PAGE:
Read And to Think I Saw it on Mulberry Street (Picture Lions) by Dr. Seuss Free Online
Book Title: And to Think I Saw it on Mulberry Street (Picture Lions)|
The author of the book: Dr. Seuss
Format files: PDF
ISBN 13: 9780006616092
The size of the: 932 KB
Edition: HarperCollins Distribution Services
Date of issue: June 18th 1979
Read full description of the books And to Think I Saw it on Mulberry Street (Picture Lions):Marco is in a pickle. His father has instructed him to keep his eyes peeled for interesting sights on the way to and from school, but all Marco has seen is a boring old horse and wagon. Imagine if he had something more to report, say, a zebra pulling the wagon. Or better yet, the zebra could be pulling a blue and gold chariot. No, wait! Maybe it should be a reindeer in that harness. Marco's story grows ever more elaborate as he reasons that a reindeer would be happier pulling a sled, then that a really unusual sight would be an elephant with a ruby-bedecked rajah enthroned on top. "Say! That makes a story that no one can beat, / When I say that I saw it on Mulberry Street." Time and again, Marco tops himself until he is positively wound up with excitement and bursts into his home to tell his dad what he saw on Mulberry Street.
Pulitzer-prize winning Dr. Seuss needs no introduction. His ode to the imagination of a child is as fresh and exquisitely outlandish today as it was when first published in 1937. This is a classic that will never fade with age. (Ages 3 to 8) --Emilie Coulter
Read information about the authorTheodor Seuss Geisel was born 2 March 1904 in Springfield, MA. He graduated Dartmouth College in 1925, and proceeded on to Oxford University with the intent of acquiring a doctorate in literature. At Oxford he met Helen Palmer, who he wed in 1927. He returned from Europe in 1927, and began working for a magazine called Judge, the leading humor magazine in America at the time, submitting both cartoons and humorous articles for them. Additionally, he was submitting cartoons to Life, Vanity Fair and Liberty. In some of his works, he'd made reference to an insecticide called Flit. These references gained notice, and led to a contract to draw comic ads for Flit. This association lasted 17 years, gained him national exposure, and coined the catchphrase "Quick, Henry, the Flit!"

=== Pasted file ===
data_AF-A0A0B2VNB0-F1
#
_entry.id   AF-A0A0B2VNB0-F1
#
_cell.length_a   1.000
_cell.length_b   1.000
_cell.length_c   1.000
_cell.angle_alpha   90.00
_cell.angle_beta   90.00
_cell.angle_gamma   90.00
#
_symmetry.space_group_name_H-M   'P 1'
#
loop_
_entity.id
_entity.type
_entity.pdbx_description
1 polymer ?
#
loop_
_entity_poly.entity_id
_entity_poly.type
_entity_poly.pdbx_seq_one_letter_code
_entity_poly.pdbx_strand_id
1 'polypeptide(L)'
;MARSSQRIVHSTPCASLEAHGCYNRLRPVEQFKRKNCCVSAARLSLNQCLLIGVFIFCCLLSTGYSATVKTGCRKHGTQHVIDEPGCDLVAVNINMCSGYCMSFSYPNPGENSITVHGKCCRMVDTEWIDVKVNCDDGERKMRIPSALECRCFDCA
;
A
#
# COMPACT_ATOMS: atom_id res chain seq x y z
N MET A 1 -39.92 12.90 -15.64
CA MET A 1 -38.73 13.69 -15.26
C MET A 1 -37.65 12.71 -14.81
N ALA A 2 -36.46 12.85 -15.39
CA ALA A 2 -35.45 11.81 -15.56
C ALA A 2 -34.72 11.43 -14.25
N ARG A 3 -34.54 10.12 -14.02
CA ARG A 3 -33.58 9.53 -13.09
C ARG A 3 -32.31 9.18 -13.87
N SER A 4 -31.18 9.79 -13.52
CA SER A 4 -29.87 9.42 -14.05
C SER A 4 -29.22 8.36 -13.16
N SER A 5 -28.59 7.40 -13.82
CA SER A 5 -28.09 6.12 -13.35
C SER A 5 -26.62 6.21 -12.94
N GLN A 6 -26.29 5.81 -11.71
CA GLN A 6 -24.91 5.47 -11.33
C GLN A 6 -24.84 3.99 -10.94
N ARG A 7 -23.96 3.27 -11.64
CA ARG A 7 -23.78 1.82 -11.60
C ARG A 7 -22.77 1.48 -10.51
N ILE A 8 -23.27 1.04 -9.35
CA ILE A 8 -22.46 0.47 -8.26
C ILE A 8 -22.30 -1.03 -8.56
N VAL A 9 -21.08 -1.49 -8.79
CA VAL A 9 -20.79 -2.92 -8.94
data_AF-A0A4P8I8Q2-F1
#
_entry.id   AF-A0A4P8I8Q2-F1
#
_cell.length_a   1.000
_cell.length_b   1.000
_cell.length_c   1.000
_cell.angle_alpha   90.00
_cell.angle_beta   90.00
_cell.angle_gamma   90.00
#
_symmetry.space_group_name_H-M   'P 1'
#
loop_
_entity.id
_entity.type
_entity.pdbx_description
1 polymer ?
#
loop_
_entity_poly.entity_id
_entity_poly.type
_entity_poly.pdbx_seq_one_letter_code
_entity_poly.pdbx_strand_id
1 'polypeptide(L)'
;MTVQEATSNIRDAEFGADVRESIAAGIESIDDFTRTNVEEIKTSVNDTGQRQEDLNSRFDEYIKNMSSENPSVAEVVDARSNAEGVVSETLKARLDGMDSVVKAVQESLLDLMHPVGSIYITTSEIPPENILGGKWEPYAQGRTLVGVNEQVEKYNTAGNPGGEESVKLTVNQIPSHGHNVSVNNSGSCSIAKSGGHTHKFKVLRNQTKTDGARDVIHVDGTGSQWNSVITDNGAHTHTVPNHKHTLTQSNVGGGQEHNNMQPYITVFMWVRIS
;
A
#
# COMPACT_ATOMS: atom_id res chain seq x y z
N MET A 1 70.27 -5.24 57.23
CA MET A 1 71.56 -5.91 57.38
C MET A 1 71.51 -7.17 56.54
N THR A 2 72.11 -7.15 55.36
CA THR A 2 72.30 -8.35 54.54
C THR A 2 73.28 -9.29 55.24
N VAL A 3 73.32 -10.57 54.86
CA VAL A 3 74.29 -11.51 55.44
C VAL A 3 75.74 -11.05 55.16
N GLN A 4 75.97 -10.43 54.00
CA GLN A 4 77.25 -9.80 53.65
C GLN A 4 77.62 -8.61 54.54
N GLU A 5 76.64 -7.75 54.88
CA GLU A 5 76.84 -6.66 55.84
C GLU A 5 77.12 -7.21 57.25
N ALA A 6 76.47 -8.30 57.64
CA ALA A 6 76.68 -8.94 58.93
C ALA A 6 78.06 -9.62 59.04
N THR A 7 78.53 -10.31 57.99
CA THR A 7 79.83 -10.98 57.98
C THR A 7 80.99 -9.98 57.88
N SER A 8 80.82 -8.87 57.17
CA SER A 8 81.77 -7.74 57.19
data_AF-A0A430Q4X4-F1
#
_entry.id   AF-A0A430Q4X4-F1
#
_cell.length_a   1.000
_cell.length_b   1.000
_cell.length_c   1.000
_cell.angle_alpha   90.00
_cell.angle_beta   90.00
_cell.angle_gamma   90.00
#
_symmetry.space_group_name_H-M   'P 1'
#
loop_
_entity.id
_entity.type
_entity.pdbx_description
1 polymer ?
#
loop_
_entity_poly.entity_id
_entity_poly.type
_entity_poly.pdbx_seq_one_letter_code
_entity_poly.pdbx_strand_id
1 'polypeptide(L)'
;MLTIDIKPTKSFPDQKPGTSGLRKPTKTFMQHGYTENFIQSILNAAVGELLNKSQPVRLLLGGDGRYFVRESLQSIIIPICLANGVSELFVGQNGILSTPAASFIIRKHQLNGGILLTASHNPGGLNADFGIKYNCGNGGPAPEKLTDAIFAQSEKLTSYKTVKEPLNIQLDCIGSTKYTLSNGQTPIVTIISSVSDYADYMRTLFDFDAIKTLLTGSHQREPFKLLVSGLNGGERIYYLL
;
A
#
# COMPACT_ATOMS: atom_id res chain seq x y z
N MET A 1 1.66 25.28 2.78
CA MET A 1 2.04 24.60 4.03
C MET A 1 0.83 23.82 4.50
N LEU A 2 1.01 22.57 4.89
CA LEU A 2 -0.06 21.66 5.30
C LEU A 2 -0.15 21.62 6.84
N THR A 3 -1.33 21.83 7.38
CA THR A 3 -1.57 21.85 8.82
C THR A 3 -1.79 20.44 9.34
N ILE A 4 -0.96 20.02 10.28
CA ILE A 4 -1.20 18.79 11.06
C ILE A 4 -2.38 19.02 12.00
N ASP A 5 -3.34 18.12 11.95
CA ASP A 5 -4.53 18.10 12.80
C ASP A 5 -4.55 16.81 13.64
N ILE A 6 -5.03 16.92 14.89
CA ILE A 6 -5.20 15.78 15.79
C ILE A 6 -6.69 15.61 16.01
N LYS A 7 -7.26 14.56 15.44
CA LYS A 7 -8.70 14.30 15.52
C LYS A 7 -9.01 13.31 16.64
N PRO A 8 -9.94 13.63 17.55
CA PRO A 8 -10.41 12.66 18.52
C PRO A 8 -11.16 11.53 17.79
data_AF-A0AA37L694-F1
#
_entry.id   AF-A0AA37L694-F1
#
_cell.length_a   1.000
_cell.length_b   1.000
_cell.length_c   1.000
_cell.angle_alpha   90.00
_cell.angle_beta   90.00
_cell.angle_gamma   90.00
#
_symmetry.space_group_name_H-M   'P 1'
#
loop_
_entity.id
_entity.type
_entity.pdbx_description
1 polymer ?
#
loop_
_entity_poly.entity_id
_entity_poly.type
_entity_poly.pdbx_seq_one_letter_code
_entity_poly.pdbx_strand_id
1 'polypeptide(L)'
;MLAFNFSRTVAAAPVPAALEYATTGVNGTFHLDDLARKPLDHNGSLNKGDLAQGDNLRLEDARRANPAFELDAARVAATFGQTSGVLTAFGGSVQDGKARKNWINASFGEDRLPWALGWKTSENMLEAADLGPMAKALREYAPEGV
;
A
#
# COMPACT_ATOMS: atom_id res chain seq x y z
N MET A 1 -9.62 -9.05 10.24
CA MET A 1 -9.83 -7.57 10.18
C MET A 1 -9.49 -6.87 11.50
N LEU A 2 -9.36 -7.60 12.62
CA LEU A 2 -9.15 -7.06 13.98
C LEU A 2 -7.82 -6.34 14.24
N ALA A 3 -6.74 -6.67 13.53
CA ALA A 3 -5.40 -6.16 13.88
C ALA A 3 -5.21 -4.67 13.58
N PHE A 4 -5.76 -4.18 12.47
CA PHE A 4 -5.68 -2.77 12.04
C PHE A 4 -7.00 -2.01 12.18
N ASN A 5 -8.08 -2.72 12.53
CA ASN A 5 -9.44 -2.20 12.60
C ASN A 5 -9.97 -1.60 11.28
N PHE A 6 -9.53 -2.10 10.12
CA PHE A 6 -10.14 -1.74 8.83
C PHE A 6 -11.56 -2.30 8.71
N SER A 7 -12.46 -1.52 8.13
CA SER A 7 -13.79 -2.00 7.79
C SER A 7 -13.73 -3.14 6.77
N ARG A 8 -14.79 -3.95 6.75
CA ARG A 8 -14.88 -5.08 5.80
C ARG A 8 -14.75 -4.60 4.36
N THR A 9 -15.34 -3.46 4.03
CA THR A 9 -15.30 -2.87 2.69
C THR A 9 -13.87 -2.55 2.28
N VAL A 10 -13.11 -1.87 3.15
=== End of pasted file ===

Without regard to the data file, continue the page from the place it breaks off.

In 1936 on the way to a vaction in Europe, listening to the rhythm of the ship's engines, he came up with And to Think That I Saw It on Mulberry Street, which was then promptly rejected by the first 43 publishers he showed it to. Eventually in 1937 a friend published the book for him, and it went on to at least moderate success.
During WW II, Geisel joined the army and was sent to Hollywood. Captain Geisel would write for Frank Capra's Signal Corps Unit (for which he won the Legion of Merit) and do documentaries (he won Oscar's for Hitler Lives and Design for Death). He also created a cartoon called Gerald McBoing-Boing which also won him an Oscar.
In May of 1954, Life published a report concerning illiteracy among school children. The report said, among other things, that children were having trouble to read because their books were boring. This inspired Geisel's publisher, and prompted him to send Geisel a list of 400 words he felt were important, asked him to cut the list to 250 words (the publishers idea of how many words at one time a first grader could absorb), and write a book. Nine months later, Geisel, using 220 of the words given to him published The Cat in the Hat, which went on to instant success.
In 1960 Bennett Cerf bet Geisel $50 that he couldn't write an entire book using only fifty words. The result was Green Eggs and Ham. Cerf never paid the $50 from the bet.
Helen Palmer Geisel died in 1967. Theodor Geisel married Audrey Stone Diamond in 1968. Theodor Seuss Geisel died 24 September 1991.
Also worked under the pen name:
Theo Le Sieg
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